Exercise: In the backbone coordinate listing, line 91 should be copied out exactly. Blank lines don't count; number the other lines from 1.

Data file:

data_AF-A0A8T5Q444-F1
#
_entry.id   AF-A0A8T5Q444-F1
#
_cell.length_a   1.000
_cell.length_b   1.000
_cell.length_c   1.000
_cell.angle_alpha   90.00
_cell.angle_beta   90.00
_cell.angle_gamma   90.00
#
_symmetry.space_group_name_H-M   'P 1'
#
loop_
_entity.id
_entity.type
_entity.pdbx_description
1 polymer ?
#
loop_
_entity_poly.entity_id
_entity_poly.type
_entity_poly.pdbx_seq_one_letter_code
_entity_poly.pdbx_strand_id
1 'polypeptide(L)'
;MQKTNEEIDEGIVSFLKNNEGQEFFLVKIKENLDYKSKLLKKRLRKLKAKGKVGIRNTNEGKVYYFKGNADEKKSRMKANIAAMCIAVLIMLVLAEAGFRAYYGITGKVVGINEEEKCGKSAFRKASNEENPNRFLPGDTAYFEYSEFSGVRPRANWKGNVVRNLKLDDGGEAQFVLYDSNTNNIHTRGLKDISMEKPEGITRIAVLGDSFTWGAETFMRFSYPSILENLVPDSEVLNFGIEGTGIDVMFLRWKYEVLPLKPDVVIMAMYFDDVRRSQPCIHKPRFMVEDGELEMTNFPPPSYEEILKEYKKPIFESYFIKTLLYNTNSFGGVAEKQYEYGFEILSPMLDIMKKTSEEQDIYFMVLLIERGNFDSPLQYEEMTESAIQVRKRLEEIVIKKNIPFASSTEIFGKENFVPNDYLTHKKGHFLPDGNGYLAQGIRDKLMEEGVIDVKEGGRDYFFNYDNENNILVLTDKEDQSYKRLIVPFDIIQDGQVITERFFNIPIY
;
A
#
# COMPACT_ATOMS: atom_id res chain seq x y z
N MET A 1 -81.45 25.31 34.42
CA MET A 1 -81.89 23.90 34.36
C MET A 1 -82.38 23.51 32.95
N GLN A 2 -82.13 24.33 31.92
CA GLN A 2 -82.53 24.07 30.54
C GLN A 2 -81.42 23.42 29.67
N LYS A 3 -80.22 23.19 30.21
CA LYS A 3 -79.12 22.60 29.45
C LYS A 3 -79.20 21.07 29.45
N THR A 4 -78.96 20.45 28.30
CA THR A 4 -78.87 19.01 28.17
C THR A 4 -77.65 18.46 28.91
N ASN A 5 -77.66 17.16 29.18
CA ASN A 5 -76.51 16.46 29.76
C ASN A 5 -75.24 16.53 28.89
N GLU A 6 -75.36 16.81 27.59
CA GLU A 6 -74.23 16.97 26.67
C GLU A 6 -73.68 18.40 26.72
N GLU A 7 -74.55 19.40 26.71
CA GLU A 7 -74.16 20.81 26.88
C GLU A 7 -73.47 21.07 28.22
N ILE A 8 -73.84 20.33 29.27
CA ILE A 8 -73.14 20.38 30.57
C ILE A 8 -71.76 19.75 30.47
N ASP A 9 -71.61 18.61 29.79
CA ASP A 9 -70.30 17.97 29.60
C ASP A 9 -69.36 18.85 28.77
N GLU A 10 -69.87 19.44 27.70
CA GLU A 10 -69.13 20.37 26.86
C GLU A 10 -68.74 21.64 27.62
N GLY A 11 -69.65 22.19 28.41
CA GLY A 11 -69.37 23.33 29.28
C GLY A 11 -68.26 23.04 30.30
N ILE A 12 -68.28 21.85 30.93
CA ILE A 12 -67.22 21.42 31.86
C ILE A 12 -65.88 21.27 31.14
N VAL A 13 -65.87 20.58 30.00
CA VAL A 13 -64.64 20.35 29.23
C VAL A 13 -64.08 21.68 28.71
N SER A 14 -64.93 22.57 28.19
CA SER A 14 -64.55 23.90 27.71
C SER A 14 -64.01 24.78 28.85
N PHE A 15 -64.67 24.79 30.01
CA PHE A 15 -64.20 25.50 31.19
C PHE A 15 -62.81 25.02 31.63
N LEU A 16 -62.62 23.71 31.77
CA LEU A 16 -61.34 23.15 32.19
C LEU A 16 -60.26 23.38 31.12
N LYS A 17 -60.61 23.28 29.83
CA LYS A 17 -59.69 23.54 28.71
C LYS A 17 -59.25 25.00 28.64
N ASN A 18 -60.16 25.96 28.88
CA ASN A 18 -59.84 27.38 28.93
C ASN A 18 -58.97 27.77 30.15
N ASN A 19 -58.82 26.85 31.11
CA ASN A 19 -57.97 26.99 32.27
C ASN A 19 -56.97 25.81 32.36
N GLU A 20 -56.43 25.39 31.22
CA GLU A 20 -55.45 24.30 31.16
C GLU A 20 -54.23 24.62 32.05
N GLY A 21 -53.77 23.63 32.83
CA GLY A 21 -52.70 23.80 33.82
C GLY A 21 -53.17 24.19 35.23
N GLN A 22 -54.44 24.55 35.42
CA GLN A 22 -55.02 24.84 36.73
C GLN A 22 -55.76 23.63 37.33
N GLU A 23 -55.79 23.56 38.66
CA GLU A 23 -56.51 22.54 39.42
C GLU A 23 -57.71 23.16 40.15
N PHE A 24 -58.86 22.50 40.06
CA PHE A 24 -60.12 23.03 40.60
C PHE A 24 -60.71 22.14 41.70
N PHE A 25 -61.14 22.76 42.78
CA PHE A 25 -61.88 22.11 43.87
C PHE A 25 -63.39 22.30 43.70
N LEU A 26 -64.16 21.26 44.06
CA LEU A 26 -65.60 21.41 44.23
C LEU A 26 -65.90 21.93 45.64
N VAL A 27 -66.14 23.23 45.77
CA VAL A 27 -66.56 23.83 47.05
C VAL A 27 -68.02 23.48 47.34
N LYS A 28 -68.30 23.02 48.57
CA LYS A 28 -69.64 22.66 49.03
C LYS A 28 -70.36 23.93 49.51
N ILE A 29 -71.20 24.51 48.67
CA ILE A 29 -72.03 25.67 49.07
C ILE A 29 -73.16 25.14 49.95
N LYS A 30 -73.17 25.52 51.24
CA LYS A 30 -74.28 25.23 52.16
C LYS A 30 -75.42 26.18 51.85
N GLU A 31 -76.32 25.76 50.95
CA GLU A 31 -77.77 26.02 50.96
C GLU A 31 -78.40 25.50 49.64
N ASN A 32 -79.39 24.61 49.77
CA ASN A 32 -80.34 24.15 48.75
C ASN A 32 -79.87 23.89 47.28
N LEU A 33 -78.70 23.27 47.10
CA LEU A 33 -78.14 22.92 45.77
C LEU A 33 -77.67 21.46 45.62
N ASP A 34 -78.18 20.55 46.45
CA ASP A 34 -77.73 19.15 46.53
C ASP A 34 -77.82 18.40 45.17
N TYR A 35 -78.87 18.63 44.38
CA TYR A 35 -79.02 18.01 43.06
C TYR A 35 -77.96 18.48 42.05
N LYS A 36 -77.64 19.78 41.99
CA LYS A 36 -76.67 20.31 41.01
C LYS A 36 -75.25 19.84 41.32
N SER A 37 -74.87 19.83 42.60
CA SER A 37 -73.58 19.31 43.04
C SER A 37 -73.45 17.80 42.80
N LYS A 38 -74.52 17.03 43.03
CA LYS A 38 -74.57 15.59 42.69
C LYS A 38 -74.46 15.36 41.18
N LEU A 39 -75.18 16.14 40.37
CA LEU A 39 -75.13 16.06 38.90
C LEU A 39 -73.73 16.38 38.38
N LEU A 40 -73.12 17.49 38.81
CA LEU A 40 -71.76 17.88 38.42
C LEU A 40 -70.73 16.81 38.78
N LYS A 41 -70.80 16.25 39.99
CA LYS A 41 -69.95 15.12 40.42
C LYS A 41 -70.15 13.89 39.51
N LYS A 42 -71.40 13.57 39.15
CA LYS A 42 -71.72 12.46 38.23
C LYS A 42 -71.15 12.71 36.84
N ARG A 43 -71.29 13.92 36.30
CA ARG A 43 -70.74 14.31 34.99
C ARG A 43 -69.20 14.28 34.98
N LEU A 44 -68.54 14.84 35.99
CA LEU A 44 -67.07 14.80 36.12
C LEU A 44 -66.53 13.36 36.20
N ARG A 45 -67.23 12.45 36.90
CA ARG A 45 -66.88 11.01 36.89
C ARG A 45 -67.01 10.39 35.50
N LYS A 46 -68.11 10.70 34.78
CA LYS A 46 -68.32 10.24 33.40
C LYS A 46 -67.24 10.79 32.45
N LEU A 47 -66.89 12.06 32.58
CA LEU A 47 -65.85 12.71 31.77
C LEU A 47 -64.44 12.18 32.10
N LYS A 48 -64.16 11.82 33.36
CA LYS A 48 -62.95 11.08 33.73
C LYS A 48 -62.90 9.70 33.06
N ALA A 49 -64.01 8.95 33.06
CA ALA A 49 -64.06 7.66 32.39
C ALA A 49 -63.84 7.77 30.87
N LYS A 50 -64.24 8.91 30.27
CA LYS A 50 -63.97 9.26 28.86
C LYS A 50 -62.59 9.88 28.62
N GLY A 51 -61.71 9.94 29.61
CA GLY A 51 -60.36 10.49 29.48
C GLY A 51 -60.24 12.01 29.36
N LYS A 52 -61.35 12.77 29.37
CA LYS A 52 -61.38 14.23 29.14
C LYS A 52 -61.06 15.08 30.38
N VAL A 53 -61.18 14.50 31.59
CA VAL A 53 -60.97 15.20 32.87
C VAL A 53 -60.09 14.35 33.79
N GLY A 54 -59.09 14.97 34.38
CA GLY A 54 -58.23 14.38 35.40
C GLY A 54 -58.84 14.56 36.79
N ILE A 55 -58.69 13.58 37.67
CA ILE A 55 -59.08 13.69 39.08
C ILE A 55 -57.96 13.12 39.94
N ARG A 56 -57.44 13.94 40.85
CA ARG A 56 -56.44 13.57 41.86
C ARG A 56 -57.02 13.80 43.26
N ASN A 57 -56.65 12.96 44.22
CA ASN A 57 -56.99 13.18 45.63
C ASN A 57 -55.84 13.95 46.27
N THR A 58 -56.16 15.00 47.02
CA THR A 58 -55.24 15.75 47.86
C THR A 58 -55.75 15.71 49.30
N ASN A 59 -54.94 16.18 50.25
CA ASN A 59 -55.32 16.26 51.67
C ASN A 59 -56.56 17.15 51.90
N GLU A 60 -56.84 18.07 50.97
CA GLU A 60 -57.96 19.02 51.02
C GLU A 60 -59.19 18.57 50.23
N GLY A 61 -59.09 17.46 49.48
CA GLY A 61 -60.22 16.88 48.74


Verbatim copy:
N GLY A 21 -53.77 23.63 32.83